How Scammers Use Typo Errors to Steal Your Money and Information

How Scammers Use Typo Errors to Steal Your Money and Information
How Scammers Use Typo Errors to Steal Your Money and Information

Which brand store website name would a hacker use to steal your money and information?

• Amazon.com
• Costoco.com
• Nike.com
• Google.com

Answer: Costoco.com

The brand store name a hacker would use to steal your identity and information is Costoco.com. It’s a widely used and it happens every day.

A simple typing error could land any one of us on a website that looks legitimate but has actually been designed to steal our personal information. Typosquatting is a common scam, but there are ways to protect against it. Here’s what everyone needs to know.

TEST

Everyone makes a typo from time to time. What happens when that typo lands someone on a website that looks like the one they intended to visit, but isn’t really – for example, accidentally typing costoco.com instead of costco.com?

Scammers commonly use a technique called typosquatting to lure people to misspelled domains that look similar to sites people are already comfortable with in an attempt to steal their personal data.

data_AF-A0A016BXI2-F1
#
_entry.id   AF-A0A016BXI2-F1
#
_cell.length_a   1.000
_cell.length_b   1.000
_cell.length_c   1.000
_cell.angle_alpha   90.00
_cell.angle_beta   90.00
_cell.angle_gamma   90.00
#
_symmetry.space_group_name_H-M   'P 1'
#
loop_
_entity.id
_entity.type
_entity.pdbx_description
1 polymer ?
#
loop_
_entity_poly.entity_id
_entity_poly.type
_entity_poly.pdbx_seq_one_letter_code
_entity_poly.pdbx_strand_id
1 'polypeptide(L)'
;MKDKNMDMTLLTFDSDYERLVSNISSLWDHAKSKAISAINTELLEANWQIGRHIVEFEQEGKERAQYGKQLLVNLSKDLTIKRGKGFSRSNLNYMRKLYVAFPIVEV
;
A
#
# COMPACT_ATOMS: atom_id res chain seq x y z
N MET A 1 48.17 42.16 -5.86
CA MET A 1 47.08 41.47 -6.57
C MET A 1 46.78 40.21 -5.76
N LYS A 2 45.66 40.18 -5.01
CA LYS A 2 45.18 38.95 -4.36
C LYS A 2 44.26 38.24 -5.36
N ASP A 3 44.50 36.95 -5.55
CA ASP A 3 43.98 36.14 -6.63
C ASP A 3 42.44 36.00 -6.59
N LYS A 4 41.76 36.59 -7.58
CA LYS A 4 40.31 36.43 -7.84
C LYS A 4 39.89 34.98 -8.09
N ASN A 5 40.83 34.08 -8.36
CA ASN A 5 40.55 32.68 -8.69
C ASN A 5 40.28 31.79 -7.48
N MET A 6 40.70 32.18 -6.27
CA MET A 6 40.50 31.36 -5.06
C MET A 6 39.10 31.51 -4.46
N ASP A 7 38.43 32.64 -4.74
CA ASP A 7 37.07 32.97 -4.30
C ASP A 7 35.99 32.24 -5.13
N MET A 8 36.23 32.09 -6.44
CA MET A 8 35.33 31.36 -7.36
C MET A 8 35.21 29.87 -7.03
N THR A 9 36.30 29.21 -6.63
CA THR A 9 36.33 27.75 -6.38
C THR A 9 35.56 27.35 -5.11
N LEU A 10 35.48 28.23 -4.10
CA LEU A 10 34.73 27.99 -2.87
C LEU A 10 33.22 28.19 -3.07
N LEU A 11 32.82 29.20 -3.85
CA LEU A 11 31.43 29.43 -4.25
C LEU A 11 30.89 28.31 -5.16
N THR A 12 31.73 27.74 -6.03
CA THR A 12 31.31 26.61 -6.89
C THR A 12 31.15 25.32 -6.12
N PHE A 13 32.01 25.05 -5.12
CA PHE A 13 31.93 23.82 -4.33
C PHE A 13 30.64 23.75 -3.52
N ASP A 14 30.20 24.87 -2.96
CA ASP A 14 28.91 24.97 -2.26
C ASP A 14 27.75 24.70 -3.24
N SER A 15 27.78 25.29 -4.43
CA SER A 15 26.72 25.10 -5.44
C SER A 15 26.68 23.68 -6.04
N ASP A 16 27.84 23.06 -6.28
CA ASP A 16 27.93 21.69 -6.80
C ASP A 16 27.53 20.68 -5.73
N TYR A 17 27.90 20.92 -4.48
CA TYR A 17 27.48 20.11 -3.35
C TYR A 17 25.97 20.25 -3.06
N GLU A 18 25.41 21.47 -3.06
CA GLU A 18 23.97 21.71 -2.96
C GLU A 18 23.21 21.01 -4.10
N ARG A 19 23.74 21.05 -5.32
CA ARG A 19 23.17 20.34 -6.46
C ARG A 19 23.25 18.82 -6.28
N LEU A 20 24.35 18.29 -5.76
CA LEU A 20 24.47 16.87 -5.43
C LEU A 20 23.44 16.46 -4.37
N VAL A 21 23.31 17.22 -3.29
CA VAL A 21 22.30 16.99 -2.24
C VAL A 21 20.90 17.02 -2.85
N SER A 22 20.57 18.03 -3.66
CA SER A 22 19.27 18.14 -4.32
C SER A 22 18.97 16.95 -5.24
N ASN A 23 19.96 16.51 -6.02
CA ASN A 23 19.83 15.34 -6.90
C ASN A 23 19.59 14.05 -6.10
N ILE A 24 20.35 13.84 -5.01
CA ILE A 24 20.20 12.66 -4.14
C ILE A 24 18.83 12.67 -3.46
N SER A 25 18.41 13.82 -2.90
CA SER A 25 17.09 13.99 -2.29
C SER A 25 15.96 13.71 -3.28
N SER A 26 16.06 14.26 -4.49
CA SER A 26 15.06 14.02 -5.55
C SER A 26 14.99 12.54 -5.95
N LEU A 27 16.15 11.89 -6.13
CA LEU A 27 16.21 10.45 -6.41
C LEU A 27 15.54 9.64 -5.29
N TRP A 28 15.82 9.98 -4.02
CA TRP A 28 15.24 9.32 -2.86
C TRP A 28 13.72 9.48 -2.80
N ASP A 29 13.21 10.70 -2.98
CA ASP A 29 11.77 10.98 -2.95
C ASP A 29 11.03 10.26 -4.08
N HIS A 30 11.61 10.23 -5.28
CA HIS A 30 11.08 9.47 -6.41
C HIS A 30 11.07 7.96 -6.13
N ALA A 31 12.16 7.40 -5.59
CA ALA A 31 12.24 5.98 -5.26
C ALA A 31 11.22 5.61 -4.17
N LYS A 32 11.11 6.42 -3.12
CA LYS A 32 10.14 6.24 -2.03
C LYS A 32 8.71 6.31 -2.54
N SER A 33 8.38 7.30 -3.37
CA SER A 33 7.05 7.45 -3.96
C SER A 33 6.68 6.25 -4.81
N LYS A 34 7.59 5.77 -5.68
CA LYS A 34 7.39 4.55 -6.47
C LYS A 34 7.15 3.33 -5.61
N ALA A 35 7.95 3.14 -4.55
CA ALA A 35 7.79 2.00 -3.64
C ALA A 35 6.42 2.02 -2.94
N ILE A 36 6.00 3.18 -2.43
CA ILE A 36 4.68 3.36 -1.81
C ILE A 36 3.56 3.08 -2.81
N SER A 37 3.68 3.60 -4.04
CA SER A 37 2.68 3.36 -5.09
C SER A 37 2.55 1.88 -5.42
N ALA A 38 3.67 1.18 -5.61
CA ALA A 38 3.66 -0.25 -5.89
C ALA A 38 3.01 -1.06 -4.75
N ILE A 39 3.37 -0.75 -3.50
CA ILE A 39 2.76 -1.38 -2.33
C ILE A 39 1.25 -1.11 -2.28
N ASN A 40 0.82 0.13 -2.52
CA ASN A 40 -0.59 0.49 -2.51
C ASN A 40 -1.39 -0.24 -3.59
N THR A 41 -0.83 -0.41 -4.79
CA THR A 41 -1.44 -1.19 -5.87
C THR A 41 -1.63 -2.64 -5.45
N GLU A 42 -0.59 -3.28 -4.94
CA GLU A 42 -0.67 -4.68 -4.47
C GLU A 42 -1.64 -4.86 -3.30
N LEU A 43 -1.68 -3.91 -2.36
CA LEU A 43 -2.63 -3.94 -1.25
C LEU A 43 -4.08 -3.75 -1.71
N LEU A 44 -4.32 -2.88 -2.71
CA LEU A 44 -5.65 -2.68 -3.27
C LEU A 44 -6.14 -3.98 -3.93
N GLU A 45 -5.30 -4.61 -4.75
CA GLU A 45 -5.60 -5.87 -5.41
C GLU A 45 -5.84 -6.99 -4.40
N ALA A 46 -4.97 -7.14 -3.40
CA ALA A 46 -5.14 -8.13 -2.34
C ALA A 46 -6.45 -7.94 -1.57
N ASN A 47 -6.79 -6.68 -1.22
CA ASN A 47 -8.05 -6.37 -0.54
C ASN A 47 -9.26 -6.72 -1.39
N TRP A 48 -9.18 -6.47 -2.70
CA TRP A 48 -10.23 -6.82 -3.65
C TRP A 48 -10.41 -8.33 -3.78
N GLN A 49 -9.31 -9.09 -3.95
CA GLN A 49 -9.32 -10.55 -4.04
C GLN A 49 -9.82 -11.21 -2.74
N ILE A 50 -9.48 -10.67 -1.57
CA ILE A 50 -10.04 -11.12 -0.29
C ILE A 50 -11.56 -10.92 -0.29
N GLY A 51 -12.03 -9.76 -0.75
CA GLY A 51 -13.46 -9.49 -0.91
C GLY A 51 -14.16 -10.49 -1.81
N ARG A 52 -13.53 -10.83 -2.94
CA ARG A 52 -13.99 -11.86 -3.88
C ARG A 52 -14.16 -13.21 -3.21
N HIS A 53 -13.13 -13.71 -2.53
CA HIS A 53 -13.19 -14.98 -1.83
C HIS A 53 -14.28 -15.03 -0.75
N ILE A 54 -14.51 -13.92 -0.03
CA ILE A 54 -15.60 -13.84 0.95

How Typosquatting Works
According to Naked Security, up to 80% of one-word website URLs like Google, Netflix, or Walmart, have a hijacked version of their URL somewhere on the web.

A site like Netflix, for example, may have a hijacked domain of Netlfix; a simple reversal of the letters L and F that the eye may not immediately pick up on.

TEST

The website people land on would appear similar to Netflix, but entering their credit card and other personal information would simply transfer it to the scammer.

How to Protect Yourself from Typosquatting
Caution is key when using the internet. Some of the best ways to protect against typosquatting include:

  • Installing a reputable anti-virus program on your computer. Most will be able to block sites that have already been marked as malicious.
  • Being cautious of fake ads. Don’t visit websites that are not clearly identified in the ad or link preview. If an ad claims it is for Amazon.com, the link should include the same in the URL.
  • TEST
  • Being cautious in spelling a domain name when entering the URL; double check for typos.
  • There will always be scammers out there trying to steal our personal information. Be cautious and never underestimate the efforts of those attempting to steal personal information.

    ~To Your Survival!

    Typosquatting can take you to wrong website